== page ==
In an almost textbook fashion, a stronger dollar and rising US rates has triggered a broad emerging market sell-off and surge in volatility. However, somewhat atypically there is little evidence so far of foreign capital bolting for the exit, despite the gradual repricing of EM credit risk. We have used daily data on ETF flows into emerging markets to gauge the extent to which there has been an outflow of portfolio capital. As the chart below shows, the drawdown from the 12-month trailing peak pales in comparison to previous episodes of EM capital flight. This time the series is dominated by equity flows, so we have also separated out flows to fixed-income ETFs, which paints a similar picture.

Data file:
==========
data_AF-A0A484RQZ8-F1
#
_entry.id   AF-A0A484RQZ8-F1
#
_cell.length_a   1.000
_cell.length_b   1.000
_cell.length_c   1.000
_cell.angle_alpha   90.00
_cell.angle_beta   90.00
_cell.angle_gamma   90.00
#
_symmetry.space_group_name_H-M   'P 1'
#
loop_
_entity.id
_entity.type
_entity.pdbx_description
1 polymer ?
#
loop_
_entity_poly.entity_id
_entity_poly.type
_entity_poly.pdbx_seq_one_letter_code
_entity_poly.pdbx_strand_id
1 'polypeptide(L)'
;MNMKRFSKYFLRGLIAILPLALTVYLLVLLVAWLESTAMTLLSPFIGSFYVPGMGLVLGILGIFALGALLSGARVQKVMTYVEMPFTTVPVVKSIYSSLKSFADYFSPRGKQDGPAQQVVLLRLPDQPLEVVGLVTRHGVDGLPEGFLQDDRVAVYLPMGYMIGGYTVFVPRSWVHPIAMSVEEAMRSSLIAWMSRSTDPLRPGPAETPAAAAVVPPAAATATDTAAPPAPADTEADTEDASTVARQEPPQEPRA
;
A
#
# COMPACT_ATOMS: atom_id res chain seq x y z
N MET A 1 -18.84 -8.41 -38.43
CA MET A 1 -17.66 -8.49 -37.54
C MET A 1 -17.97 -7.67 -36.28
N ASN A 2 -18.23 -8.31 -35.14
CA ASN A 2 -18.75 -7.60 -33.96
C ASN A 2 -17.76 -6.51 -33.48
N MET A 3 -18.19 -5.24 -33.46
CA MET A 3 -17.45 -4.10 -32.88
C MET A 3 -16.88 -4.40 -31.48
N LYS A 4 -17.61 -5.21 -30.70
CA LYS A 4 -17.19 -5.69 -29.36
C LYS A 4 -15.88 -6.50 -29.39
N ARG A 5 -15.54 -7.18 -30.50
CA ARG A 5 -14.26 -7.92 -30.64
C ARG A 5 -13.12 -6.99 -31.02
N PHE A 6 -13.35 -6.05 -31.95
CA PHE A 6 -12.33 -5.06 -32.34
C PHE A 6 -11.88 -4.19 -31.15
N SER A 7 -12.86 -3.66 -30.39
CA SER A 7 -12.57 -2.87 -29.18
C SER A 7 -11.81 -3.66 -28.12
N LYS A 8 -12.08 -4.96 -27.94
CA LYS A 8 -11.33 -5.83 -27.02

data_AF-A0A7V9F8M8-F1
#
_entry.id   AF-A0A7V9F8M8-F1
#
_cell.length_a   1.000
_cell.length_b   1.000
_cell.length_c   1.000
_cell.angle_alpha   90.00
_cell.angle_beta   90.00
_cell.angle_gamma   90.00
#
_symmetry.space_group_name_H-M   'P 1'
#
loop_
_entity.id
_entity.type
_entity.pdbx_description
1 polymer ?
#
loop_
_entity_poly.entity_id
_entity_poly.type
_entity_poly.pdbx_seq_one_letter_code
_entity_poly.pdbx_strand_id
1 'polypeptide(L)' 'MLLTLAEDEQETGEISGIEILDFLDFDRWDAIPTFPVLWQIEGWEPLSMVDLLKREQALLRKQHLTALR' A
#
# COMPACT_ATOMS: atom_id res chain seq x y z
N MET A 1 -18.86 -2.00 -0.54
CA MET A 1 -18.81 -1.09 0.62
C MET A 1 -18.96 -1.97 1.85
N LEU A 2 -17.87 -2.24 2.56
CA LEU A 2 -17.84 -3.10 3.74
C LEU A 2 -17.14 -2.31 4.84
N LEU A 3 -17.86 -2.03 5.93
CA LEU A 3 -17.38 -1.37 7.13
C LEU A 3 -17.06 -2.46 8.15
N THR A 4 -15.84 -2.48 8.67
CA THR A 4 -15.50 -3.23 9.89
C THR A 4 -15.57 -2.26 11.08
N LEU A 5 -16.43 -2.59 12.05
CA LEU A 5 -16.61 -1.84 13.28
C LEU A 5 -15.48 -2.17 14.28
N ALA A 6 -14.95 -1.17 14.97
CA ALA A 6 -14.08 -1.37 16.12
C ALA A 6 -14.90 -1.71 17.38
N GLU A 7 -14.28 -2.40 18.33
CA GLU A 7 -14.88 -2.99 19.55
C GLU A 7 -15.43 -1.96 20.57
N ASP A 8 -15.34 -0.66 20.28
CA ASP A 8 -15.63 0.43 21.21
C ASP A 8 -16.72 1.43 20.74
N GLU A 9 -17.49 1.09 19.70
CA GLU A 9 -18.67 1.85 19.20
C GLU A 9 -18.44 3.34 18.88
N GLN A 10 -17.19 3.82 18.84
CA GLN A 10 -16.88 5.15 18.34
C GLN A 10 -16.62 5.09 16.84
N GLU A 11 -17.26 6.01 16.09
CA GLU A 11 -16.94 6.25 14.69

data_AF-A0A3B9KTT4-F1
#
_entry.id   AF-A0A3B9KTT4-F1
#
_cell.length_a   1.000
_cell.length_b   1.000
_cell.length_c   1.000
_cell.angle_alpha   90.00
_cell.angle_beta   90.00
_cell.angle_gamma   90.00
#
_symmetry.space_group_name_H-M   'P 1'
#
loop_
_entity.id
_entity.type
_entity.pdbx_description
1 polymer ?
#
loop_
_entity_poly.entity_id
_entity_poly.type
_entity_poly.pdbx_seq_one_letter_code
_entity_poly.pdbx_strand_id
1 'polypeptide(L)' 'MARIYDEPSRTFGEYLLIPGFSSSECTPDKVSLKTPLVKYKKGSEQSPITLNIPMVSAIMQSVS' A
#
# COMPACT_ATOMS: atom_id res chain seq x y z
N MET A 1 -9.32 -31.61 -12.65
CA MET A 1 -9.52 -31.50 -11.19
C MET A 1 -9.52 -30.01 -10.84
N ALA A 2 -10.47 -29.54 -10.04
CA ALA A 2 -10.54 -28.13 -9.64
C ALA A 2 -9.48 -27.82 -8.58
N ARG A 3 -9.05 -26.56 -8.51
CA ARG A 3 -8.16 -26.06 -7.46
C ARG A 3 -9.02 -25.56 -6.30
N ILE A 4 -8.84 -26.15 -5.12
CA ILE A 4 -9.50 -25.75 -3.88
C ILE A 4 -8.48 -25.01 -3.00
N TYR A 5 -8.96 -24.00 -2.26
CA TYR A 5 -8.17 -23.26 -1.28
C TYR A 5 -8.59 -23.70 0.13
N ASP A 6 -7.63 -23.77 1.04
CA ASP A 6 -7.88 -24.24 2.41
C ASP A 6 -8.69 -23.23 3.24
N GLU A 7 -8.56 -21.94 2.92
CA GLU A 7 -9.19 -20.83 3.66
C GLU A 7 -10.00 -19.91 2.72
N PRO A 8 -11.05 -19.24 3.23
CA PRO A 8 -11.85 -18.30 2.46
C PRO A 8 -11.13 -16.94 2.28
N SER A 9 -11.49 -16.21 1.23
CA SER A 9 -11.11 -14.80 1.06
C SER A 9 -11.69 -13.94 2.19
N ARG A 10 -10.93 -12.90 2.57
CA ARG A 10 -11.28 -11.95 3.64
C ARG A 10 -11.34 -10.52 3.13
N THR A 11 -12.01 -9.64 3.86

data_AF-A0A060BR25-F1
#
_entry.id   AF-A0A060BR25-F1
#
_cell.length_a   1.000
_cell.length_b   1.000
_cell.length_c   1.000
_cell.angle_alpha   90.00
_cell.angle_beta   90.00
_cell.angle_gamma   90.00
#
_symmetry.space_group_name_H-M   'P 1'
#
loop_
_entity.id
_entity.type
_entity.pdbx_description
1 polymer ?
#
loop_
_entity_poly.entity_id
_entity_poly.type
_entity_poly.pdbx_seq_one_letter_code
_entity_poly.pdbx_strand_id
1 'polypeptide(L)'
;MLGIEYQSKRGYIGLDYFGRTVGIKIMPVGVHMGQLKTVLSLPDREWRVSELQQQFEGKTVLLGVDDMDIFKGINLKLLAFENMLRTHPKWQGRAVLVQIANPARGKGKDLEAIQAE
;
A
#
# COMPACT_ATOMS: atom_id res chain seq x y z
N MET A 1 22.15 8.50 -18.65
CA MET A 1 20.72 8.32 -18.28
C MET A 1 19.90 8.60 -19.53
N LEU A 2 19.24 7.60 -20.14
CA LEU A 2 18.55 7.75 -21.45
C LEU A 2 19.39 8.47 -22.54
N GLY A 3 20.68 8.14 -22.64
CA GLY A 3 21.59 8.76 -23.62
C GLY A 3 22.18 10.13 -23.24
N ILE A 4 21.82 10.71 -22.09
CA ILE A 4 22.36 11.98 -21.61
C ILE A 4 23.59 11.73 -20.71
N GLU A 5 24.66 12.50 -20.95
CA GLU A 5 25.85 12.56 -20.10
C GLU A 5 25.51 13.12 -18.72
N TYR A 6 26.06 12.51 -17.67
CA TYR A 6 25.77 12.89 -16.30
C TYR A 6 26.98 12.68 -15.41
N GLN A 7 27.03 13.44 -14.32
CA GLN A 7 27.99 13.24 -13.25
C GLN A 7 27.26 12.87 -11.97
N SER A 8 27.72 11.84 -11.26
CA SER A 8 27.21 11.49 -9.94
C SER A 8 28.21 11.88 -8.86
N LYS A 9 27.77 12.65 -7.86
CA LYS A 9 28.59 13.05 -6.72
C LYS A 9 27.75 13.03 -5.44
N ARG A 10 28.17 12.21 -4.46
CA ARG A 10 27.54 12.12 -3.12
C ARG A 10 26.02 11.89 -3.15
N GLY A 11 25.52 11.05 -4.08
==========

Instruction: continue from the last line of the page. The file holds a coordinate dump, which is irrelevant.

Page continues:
With the exception of Argentina and Turkey, which have suffered most severely at the hands of higher US rates, EM risk repricing is still in its infancy. We have turned increasingly cautious of emerging markets and warn that continued weak EM sentiment may lead to a capitulation from EM investors that has hitherto not happened.

(Click on image to enlarge.)

Source: Bloomberg, Macrobond and Variant Perception